Studies have long pointed to the benefits of "current events" programs in shaping a nation of lifelong newsreaders. "Using the news" -- whether in the form of the daily newspaper, TV news reports, or classroom discussions of important events -- can go a long way toward developing an informed citizenry too. So why isn't "Current Events" a part of every classroom curriculum?
If you're looking to make a case for current events in the classroom -- of if you're looking for activities with which to teach current events -- don't miss the following articles:
Twenty-Five Great Ideas for Teaching Current Events
Looking for ways to work news into your classroom curriculum? Check out these great ideas for connecting current events to all subjects.
Ten Great Activities: Teaching With the Newspaper
Ten more terrific classroom activities that use the newspaper to teach valuable skills -- including reading and writing for meaning, map reading, media literacy, sequencing, word meaning, and math.
Read All About It! Ten Terrific Newspaper Lessons
Education World celebrates National Newspaper Week with ten lessons to help you integrate the newspaper into your classroom curriculum. Included: Students interview a local news reporter, create editorial cartoons, compare newspapers, more.
We've Got News for You! (News Activities, That Is)
Education World offers five complete lessons to help teachers integrate newspapers into their curriculum. Included: News slant, reflecting on the news, headlines and main ideas, top news stories of the 20th century, more.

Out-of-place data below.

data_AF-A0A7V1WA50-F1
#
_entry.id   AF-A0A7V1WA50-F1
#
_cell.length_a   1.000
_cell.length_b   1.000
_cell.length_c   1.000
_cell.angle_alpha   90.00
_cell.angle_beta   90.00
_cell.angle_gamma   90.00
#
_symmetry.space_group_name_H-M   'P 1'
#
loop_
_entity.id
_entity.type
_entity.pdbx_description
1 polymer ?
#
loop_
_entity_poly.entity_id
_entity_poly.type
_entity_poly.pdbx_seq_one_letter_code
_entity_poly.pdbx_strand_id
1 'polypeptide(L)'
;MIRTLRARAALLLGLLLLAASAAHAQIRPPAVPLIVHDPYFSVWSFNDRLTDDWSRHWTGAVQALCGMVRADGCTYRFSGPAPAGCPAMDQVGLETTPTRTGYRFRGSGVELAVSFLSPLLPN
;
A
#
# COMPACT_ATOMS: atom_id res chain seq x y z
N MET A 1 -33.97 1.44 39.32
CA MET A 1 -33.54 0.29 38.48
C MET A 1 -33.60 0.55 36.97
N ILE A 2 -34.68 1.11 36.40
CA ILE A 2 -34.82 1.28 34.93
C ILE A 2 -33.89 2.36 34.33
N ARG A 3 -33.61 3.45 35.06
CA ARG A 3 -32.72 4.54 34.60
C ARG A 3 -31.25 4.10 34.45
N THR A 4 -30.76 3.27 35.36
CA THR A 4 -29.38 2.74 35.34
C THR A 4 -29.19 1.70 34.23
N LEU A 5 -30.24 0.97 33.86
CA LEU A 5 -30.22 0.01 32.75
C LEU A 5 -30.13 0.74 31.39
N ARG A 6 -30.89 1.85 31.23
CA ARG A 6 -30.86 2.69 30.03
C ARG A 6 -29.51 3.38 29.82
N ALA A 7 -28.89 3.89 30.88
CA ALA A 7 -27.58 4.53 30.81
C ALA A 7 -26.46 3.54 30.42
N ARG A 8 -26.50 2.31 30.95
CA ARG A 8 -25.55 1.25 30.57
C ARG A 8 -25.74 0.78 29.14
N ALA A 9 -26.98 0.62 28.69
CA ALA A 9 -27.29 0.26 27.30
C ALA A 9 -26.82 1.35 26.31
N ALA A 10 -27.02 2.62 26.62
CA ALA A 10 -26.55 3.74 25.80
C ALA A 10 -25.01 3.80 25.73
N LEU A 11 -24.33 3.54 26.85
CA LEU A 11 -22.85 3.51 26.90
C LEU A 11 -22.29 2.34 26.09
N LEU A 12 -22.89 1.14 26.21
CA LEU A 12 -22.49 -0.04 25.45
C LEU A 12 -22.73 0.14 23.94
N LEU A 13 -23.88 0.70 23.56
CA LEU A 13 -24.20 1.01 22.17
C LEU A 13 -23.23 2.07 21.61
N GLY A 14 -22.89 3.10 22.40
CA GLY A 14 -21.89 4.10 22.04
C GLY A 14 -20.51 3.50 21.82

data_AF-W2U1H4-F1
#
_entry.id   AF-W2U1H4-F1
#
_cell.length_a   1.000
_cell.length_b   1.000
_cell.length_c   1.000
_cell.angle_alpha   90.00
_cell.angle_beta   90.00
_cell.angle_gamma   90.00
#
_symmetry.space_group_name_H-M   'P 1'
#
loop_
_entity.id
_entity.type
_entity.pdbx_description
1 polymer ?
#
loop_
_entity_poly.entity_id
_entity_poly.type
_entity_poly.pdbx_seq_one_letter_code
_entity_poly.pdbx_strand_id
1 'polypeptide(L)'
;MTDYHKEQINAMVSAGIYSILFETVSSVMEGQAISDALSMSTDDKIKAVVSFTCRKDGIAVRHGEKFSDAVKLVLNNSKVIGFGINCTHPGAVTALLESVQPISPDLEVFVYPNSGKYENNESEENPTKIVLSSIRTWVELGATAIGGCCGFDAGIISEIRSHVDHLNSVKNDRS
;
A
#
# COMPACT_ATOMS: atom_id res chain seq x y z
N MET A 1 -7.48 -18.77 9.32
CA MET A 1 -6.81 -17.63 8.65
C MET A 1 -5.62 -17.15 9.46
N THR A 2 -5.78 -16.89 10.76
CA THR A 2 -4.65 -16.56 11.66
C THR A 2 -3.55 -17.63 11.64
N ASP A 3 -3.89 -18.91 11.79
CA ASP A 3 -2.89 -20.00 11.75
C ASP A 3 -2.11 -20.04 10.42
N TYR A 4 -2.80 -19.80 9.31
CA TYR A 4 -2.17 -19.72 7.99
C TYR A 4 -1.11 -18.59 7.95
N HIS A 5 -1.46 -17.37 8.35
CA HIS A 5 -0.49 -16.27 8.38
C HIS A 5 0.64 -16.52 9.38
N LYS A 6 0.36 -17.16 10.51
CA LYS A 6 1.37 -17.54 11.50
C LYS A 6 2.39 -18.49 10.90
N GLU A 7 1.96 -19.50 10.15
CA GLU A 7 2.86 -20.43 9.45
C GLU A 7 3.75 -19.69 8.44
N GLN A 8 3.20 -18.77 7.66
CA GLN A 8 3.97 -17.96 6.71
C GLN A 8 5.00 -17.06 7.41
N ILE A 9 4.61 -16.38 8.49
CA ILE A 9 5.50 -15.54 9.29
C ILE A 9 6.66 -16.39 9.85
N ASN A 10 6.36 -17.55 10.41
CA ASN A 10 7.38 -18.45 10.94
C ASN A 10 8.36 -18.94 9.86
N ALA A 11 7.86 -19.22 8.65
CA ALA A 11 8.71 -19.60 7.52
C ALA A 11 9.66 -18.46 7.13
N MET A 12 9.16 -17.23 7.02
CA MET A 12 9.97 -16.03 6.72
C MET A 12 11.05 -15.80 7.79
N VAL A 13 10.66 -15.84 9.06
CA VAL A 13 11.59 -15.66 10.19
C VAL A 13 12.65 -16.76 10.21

It's News to Me: Teaching Kids About the Newspaper
Explore six great sites that will help you teach about the newspaper -- before you start teaching with it! Included: Seven original ideas for teaching students about the newspaper.
Why Teach Current Events?
Why bother teaching current events? The research indicates that a regular dose of current events has a multitude of benefits. Included: Activity ideas and Internet resources for teaching current events.
Sites to See: Current Events
Current event Web sites keep users up to date on the top stories of the day, offer information that students might not be aware of, and provide teachers with instructional materials for classroom. Included: Five top-notch news Web sites for kids.
Extra! Extra! Eight Great Web Sites Connect News to Your Curriculum
Discover eight great sites that will help you link the day's news to your curriculum and challenge students to look beyond the news. Also: Six online news quizzes for students of all ages.
Every Day' Activities: Today in History
Many sites offer "This Day in History" resources that are a great way to teach current events, history, and cultural literacy. Imagine a classroom timeline that highlights current events or events connected to historic periods. A great opportunity for learning!